6.96Parentheses for glosses or translations
6.97Parentheses within parentheses
6.98Parentheses with other punctuation

Brackets and Braces

6.99Use of square brackets
6.100Square brackets in translated text
6.101Square brackets for parentheses within parentheses
6.102Square brackets in phonetics
6.103Square brackets with other punctuation
6.104Angle brackets and braces

Slashes

6.105Other names for the slash
6.106Slashes to signify alternatives
6.107Slashes with two-year spans
6.108Slashes with dates
6.109Slashes in abbreviations
6.110Slashes as fraction bars
6.111Slashes to show line breaks in quoted poetry
6.112Slashes in URLs and other paths
6.113Slashes and line breaks

Quotation Marks

6.114Quotation marks relative to other punctuation and text
6.115“Smart” quotation marks

Apostrophes

6.116Use of the apostrophe
6.117“Smart” apostrophes
6.118Apostrophes relative to other punctuation

Spaces

6.119Use of the space
6.120Spaces with different widths
6.121Nonbreaking spaces

Multiple Punctuation Marks

6.122Likely combinations for multiple punctuation marks
6.123Abbreviation-ending periods with other punctuation
6.124Periods with question marks or exclamation points
6.125Commas with question marks or exclamation points
6.126Question mark with exclamation point

Lists and Outline Style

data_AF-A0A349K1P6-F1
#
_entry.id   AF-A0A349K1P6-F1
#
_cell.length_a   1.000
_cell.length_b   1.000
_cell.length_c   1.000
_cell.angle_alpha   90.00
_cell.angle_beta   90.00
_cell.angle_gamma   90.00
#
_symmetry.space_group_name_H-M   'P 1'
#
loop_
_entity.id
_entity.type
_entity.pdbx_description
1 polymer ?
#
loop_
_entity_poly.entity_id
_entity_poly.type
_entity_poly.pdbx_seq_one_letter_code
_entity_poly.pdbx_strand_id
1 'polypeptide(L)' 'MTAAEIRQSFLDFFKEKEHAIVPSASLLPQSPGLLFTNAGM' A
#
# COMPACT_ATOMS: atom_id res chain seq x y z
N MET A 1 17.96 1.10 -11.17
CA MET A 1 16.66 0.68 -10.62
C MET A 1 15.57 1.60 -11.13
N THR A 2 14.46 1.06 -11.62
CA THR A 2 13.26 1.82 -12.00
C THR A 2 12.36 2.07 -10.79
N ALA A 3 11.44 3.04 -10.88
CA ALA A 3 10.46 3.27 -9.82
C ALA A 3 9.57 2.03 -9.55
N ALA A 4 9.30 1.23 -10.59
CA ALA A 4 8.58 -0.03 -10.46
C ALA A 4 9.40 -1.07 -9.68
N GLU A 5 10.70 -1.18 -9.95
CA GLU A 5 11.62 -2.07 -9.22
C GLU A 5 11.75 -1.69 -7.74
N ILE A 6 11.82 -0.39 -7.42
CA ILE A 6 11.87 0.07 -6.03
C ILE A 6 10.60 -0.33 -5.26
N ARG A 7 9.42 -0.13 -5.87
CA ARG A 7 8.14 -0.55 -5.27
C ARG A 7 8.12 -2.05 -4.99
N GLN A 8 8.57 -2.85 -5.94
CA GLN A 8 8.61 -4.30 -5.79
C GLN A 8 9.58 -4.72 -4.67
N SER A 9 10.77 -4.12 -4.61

6.127Lists and outlines—general principles
6.128Run-in versus vertical lists
6.129Run-in lists
6.130Vertical lists—capitalization, punctuation, and format
6.131Vertical lists punctuated as a sentence
6.132Vertical lists with multiple levels (outlines)

The Chicago Manual of Style 17 – 5

5: Grammar and Usage

by Bryan A. Garner

Grammar

Introduction

5.1The field of grammar
5.2Schools of grammatical thought
5.3Parts of speech

Nouns

TRADITIONAL CLASSIFICATIONS

5.4Nouns generally
5.5Common nouns
5.6Proper nouns
5.7Mass nouns

PROPERTIES OF NOUNS

5.8Properties of nouns
5.9Noun case
5.10Noun number
5.11Noun gender
5.12Noun person

PLURALS

5.13Plurals generally
5.14Plural form with singular sense
5.15Plural-form proper nouns
5.16Tricky anomalies of the plural

CASE

5.17Function of case
5.18Common case, nominative function
5.19Common case, objective function
5.20Genitive case
5.21The “of”-genitive
5.22Joint and separate genitives

APPOSITIVES

5.23Appositives—definition and use

FUNCTIONAL VARIATIONS

5.24Nouns as adjectives
5.25Nouns as verbs
5.26Adverbial functions

Pronouns

DEFINITION AND USES

5.27Pronouns defined
5.28Antecedents of pronouns
5.29Adjective as antecedent